Monica Wolf Marvin '68 : A Passion for Politics
By LeeAnn Kriegh '94
In her senior year of high school, Monica Wolf Marvin '68 was asked to list her top three career objectives. Her response: "1) Lawyer. 2) Lawyer. 3) Lawyer."
Marvin said the dramatic social movements of the 1960s led to her interest in the law. "It was a time when freedom of speech was a big issue, when the women's movement was coming to the forefront, and the Vietnam War. I saw that as a professional advocate - as a microphone for people who didn't have a voice - I could do so much more than I could if I was in a position where I was dependant on other people making decisions that mattered to me."
Despite her early interest, it was 18 years after her high school graduation before Marvin became a lawyer - though she quickly made up for lost time. First, she established a flourishing civil practice in Northern California. Then, in 2004, Marvin entered into her current position as senior consultant and counsel to Donna Brazile.
Brazile is one of the nation's leading political strategists and the former campaign manager for Al Gore's 2000 presidential bid. Marvin said she "wears a number of hats" at Brazile & Associates. In addition to reviewing contracts and conducting legal research, Marvin assists Brazile in message and communications development.
Before attending law school, Marvin married and had two children - including a daughter who eventually followed her mother's example and became an attorney. All the while, Marvin campaigned for causes like the Equal Rights Amendment and nurtured her childhood dreams.
"I just had all these passions about social justice, and I really, really thought I was going to be an ACLU attorney or something," she said. "But that's just not what happened."
In fact, she almost did not become a lawyer at all. Marvin described visiting the city courthouse on her high school career day and finding herself grouped with young women who wanted to be legal secretaries, not lawyers. "I said, 'Oh, there's been a mistake,'" she recalled with a laugh.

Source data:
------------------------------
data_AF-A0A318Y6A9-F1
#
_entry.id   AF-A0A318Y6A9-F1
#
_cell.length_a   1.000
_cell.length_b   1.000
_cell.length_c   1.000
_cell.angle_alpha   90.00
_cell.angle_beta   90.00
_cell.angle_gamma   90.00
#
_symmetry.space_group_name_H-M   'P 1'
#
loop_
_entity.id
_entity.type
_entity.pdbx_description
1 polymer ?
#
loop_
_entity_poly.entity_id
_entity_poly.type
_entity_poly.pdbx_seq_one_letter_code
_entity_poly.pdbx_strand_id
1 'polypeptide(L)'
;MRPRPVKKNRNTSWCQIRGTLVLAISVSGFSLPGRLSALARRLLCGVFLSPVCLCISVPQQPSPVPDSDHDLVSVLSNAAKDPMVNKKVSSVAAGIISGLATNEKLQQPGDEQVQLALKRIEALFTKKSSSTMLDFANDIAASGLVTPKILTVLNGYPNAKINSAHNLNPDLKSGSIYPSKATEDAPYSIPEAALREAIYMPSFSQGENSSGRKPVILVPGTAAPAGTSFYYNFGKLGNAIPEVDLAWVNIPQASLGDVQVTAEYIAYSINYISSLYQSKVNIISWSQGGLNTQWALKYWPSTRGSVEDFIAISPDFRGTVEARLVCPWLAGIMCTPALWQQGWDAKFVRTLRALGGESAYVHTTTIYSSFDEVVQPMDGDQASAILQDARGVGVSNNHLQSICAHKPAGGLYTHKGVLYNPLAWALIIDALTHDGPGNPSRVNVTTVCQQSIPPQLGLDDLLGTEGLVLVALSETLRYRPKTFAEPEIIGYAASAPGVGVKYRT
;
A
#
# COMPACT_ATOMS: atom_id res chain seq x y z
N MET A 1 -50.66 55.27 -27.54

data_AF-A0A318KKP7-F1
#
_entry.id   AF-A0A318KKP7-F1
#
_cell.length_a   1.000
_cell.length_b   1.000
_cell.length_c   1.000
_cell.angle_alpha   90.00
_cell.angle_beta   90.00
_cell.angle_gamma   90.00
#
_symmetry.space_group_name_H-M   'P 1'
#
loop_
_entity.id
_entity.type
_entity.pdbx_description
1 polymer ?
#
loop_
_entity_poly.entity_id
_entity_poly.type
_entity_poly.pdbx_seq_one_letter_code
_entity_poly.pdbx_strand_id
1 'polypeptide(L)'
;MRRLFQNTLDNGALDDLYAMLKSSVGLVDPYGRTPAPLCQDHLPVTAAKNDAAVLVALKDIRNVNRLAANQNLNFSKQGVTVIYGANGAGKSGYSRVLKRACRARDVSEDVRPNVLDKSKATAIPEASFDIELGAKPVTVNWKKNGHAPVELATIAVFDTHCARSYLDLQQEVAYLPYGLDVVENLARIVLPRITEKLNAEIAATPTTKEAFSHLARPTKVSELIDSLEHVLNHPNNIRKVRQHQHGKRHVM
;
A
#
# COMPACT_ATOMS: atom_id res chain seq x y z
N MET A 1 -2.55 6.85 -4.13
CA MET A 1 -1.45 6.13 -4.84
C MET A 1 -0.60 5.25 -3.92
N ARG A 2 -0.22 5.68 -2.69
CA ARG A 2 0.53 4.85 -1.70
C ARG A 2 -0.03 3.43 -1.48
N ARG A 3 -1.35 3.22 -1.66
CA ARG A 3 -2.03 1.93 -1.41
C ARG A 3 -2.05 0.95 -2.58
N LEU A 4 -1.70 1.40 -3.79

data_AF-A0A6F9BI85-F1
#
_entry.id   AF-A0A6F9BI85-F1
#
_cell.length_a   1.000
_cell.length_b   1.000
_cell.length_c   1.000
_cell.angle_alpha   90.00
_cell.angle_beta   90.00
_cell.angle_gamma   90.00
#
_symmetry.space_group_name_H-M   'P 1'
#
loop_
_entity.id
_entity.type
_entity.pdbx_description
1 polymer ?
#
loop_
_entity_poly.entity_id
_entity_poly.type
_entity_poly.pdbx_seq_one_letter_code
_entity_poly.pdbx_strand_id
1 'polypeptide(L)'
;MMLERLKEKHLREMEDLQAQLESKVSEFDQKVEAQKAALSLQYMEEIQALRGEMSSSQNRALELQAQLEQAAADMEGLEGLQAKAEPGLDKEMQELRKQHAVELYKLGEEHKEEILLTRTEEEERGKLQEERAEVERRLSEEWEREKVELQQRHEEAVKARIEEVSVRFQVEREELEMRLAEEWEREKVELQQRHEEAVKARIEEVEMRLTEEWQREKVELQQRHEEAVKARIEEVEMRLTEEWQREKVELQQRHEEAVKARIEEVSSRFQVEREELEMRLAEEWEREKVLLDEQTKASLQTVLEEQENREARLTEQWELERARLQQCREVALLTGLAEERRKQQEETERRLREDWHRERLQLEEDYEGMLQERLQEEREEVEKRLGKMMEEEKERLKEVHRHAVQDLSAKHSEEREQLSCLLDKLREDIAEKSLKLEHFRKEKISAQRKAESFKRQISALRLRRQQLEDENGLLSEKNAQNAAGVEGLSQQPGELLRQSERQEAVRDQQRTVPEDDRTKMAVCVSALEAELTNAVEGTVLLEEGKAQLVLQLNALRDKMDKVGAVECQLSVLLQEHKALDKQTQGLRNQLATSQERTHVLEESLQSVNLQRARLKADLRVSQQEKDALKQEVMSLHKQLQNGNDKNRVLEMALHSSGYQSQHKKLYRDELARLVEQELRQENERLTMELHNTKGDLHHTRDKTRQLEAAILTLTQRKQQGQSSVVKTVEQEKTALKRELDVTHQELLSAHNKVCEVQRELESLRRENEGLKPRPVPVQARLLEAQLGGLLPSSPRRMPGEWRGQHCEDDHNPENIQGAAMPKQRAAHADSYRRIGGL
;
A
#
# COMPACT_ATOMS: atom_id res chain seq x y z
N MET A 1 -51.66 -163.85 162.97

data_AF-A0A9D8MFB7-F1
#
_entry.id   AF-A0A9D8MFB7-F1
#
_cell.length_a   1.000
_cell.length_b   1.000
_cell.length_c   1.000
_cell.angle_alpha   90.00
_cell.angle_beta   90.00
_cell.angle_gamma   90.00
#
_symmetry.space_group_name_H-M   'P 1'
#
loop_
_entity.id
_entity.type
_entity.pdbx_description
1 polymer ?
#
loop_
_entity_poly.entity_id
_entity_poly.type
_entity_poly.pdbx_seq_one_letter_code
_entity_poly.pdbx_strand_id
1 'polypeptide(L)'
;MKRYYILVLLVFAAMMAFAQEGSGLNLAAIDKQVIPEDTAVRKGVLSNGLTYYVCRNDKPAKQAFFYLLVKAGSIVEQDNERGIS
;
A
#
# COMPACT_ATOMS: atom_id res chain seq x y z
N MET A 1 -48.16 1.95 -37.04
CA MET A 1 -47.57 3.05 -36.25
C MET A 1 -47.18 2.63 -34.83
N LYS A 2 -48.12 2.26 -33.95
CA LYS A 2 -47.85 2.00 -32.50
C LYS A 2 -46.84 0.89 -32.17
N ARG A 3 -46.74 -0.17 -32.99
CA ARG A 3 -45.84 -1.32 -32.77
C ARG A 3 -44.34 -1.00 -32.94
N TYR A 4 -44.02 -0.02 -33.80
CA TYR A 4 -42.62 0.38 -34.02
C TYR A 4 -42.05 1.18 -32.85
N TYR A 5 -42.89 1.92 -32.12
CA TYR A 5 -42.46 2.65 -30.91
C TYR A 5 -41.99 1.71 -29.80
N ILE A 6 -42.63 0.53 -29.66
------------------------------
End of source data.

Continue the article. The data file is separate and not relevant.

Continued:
Eventually, she was sent to the deputy district attorney whom she remembered being "very kind, in a patronizing way." He told her if she went to law school, she would be taking the place of a male breadwinner, and she would compromise her ability to raise a family. "In other words, he told me I wasn't deserving, that I should think twice. He discouraged me," she said.
She added, "That was the message a lot of women got in the '60s. There were women who were more courageous than I, who were more confident than I, who blazed the trail for women like me, who then came back in the late '70s and were able to accomplish what our early goals had been."
Marvin earned her law degree in 1982 from Empire College School of Law, and has combined her interest in law and politics ever since. She has met political luminaries including Sen. Barack Obama, and last year she managed the successful re-election campaign for Congresswoman Eleanor Holmes Norton.
In 1996, Marvin ran for office herself, finishing a close second in the Democratic primary for U.S. representative in California's First Congressional District. Though she said she will not run for political office again, Marvin said she was thankful for the opportunity to raise and discuss issues that mattered to her. "I was so concerned that our district wasn't being represented the way it needed to be," she said. "It was a wonderful experience, despite the loss."
Of her time at Pacific, Marvin said, "I really believe that I got an excellent, excellent education." She recalled taking a logic class from Faculty Emeritus and Distinguished University Professor Miles Shishido that introduced her to critical thinking and influenced her eventual decision to pursue a career in the law. She also remembered the influence of the forensics program, led by Professor H.C. "Hap" Hingston, who she said is "one of my all-time favorite people and an exemplary forensics coach."
Marvin said in the near future she looks forward to continuing to combine her interest in law and politics. "I still love the law very much and know that that's just what I was born to do."